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On Indecision

This being my first blog ever, I could not come up with a topic. Its not that I didn’t have any ideas (I did!) I just could not decide.

As I lay in bed curling and uncurling my toes, thinking what do I write about? I heard something mumbling inside of me, saying write about me! It was the voice of indecision; a voice I know all too well.

I would bet that someone, somewhere on this campus just went on the student portal and decided to drop one class and add another. That someone probably sat, shakily clicking and unclicking the little box as indecision whispered add/drop, add/drop, drop/add in their ear until—oops!— their hand just slipped, andsubmit they did. Or maybe it wasn’t like that.
For me, indecision frequently turns options into enemies. It affects the most mundane parts of my life: like…just right there, when I finally agreed on mundane over quotidian. Or when I was woken up this morning, debating whether CMC’s or Pomona’s construction deserved more of my rage. Or, when I think do I make it to breakfast or take a shower?

But it also extends to the most (seemingly) important: I agonized over Carleton and Pomona up until the May 1st deadline, contemplated my major until the deadline. And especially now, as friends and peers get jobs and express future plans, there is that whole what do with my life thing going on.
Of course, I don’t think indecision is necessarily problematic in and of itself.  It means we think. Nothing wrong with that. When it is a problem is when it becomes paralyzing– when you can’t finish a paper or story (or blog), because you spent an hour deciding on a word. Or you can’t actually relax during school, because the decision between two TV shows takes so long that the free time you had can no longer even accommodate a show (this was a real dilemma that for the most part was overcome over the course of college…The Wire helped)
And, it’s a problem when you don’t take action on something that’s bothering you, or you can’t commit to something or someone because you constantly question your own emotions and thoughts. Too often I see big decisions not as opportunities but as constraints.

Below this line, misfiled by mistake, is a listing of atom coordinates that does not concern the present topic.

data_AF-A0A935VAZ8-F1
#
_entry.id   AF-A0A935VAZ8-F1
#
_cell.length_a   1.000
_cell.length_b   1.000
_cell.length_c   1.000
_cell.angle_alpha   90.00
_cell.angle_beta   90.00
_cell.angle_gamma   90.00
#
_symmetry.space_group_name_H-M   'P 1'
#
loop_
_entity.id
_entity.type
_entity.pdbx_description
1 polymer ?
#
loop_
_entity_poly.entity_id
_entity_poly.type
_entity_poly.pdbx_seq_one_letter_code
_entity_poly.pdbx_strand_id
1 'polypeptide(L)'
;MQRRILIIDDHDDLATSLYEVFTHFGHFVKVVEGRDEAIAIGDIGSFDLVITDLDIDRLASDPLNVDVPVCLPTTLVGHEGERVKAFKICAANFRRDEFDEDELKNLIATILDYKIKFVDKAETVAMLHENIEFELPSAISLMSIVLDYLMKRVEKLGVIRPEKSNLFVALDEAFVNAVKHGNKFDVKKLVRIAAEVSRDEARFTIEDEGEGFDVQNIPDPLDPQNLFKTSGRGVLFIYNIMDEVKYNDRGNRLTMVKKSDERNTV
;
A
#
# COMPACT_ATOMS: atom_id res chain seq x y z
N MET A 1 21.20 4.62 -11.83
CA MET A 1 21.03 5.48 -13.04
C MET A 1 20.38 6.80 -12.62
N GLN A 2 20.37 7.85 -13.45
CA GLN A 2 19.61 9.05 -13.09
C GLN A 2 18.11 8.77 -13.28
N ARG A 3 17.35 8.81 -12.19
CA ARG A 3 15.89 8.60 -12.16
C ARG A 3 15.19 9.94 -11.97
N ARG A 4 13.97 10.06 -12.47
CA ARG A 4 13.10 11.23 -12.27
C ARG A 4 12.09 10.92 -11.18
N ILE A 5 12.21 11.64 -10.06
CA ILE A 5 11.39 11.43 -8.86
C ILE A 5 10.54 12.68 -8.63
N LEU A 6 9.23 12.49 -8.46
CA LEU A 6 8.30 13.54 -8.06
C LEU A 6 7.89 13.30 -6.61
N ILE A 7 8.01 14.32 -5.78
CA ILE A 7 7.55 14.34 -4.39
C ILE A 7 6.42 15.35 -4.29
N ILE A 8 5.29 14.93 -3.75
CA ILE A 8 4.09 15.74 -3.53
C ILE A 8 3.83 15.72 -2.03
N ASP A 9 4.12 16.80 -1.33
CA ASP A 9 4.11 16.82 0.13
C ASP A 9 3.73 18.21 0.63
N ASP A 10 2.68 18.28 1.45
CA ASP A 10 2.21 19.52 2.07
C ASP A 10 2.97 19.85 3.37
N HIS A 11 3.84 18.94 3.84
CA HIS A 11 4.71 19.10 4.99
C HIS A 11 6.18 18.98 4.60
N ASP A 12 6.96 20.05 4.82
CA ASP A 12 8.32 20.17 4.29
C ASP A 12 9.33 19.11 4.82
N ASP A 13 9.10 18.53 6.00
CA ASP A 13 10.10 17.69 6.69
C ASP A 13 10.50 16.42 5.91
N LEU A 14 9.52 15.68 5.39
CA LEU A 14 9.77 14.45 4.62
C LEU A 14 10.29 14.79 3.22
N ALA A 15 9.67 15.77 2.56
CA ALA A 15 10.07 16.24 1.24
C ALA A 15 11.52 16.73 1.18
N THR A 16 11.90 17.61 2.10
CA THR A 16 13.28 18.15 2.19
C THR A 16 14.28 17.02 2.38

Indecision—like so many-a-concept—has been used to construct gender difference; portrayals of women as wavering or wishy-washy and men as the decision makers abound. Whether this is total B.S. (I know many decisive ladies, and indecisive dudes) or there’s some truth (not in the idea that men are inherently decisive and women are not, but that women are socialized to be less confident in their decisions), I’m not sure.
I can only speak for myself, and the speculations I have about my own indecision. My bouts with insomnia, to compulsive behaviors, and (when I get really into tracing that narrative thread) I go back to first grade when my best friend—upset that I had been kicking it with another girl—pushed me up against the fence at recess, saying I had to choose one best friend. The whistle blew before I was forced to respond but there’s still something about decisions that has that pressed-against-a-fence feel.
 So, clearly I have to work on re-framing decisions. Especially at this end-of-college juncture. Anyone else who wants to confront their own indecision, join me. While we work on it, I’ve found that a glass or few of wine can be a big help. So, here’s a toast to everyone’s unique indecision. And to choosing a real topic to blog on next. 

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